Ford executives on Friday said negotiations with the United Auto Workers are progressing, with the two sides getting closer on wages and benefits.
But pay at plants that build electric vehicle batteries remains a sticking point.
At a virtual briefing for reporters, Ford CEO Jim Farley and top executive Bryce Currie said a deal is near, even if major issues are pending.
“We are making significant progress on the pay and benefit side,” said Mr. Currie, vice president of manufacturing in the Americas and of labor affairs at Ford. “I’m not going to share some of the specifics, but we’re close.”
Mr. Farley and Mr. Currie said both sides remain at an impasse on worker pay at plants building EV batteries. To remain competitive, they said, workers at those plants need to be paid wages similar to those working at companies using nonunion labor.
Jobs at nonunion EV battery facilities pay less than the $32 per hour that veteran UAW workers make.
Another hurdle appears to be the restoration of pensions, which UAW workers gave up in 2008 amid the economic downturn, with two carmakers declaring bankruptcy and a third almost going under.
Ford Chief Financial Officer John Lawler simply said bringing back pensions is “not going to happen.”
“So when you look at the defined benefit plan they’re asking for, you know, that’s a plan of the past. Only 12% or so of Fortune 500 companies offer that today. What we’re offering is a defined contribution plan where we contribute,” he said.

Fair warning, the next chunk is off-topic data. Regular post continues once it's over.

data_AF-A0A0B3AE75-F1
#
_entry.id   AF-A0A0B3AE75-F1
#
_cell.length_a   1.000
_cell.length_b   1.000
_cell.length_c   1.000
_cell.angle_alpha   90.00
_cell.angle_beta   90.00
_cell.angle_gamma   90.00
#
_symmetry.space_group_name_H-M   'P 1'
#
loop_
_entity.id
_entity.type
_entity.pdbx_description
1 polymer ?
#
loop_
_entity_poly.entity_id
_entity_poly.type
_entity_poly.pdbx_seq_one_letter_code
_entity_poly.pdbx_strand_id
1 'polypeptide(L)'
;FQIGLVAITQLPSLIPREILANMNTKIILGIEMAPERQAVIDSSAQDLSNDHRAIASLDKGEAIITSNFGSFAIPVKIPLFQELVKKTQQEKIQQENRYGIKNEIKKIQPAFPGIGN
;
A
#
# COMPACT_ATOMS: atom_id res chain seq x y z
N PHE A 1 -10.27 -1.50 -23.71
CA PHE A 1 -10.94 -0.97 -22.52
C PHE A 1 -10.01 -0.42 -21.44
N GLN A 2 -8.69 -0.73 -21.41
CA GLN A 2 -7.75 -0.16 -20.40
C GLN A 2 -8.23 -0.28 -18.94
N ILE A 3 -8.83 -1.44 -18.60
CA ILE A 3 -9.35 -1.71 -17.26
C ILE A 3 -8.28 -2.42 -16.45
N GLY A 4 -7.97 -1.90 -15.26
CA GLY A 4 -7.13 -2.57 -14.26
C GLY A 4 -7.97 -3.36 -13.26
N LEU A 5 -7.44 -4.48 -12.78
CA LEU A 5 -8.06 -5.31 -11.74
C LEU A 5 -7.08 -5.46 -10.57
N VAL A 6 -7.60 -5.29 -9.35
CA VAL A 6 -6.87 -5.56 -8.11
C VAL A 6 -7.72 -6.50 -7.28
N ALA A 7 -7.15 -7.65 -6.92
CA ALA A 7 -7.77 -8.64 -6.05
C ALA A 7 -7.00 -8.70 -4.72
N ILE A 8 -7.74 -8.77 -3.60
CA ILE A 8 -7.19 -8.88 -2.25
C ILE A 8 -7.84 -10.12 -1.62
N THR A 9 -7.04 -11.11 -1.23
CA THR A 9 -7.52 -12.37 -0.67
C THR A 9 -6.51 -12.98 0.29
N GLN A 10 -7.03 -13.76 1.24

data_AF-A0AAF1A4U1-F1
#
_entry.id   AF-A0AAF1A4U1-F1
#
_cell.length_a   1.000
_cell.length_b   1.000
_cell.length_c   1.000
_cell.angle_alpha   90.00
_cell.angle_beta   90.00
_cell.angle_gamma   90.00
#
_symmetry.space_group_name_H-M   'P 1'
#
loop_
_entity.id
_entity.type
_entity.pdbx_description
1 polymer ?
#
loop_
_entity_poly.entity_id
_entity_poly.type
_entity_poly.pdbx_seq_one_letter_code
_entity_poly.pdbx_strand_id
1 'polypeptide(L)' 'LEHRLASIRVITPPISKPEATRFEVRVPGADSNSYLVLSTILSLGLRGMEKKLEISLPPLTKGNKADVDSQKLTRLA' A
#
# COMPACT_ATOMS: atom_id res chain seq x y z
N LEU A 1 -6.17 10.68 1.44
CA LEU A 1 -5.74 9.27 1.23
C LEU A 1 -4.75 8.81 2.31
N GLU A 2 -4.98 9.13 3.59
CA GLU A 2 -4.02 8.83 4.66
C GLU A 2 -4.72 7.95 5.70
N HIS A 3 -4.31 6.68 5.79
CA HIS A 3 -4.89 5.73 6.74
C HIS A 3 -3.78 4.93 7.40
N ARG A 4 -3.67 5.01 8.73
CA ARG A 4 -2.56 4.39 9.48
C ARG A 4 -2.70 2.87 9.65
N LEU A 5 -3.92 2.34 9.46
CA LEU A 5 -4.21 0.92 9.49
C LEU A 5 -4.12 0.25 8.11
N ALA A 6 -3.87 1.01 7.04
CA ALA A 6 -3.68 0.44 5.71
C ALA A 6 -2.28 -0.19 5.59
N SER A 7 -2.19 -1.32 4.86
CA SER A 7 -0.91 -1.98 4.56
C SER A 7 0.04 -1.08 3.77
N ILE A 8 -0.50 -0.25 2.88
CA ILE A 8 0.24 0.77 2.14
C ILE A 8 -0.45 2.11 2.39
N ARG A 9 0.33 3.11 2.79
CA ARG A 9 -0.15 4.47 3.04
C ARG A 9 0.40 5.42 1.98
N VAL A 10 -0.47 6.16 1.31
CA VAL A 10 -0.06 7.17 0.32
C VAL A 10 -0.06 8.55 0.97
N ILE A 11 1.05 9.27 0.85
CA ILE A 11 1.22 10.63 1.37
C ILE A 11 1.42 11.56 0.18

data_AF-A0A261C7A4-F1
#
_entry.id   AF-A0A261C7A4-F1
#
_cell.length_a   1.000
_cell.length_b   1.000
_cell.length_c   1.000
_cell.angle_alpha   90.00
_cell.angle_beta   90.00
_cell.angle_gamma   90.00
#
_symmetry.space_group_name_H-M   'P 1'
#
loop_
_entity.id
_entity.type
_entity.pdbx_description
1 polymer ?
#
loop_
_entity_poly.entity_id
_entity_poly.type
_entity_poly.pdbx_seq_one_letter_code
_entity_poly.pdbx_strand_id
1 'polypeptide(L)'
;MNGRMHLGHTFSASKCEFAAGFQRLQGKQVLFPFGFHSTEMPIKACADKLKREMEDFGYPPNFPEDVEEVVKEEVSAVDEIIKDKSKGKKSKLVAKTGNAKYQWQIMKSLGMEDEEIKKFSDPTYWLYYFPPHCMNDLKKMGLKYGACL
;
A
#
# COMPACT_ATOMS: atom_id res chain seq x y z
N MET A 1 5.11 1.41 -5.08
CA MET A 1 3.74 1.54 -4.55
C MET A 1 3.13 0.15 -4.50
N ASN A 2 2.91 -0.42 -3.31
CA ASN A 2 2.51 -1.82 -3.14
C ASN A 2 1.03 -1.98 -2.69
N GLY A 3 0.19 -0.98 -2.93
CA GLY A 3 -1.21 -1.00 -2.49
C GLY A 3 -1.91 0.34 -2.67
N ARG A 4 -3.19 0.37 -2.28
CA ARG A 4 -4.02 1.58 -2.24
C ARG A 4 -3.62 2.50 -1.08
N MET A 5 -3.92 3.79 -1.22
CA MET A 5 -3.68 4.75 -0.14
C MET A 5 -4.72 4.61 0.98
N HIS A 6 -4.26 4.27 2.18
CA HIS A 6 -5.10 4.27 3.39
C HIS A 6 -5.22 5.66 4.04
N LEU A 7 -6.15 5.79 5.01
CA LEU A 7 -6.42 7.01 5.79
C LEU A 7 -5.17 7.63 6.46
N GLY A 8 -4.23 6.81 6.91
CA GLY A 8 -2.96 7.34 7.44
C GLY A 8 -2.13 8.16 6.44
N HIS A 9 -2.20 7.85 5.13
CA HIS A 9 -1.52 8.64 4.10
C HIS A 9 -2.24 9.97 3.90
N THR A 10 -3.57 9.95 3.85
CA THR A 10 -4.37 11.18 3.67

The update from Ford comes just hours after the UAW expanded its strike, with 7,000 workers walking out at Ford and GM plants.
Stellantis, the parent company of Fiat, Dodge, Chrysler and Jeep, was spared an additional strike because UAW President Shawn Fain said the union has made progress in contract talks with the Italian-American conglomerate.
This latest expansion of the strike, which began Sept. 15, means about 25,000 of the UAW’s 146,000 workers are on strike at 43 locations around the country.
Ford executives said the strike is costing it “tens of millions of dollars” a week as the walkout enters its third week.
Kumar Galhotra, president of the Ford division that makes cars with traditional internal combustion engines, said the plant that went on strike Friday produces the Ford Explorer, which he called crucial to the company’s bottom line.
“If this continues week after week, of course, it will have a substantial impact on our business,” he said. “But we’re ready for it … We want to get a deal and we want to get a fair deal for our employees.”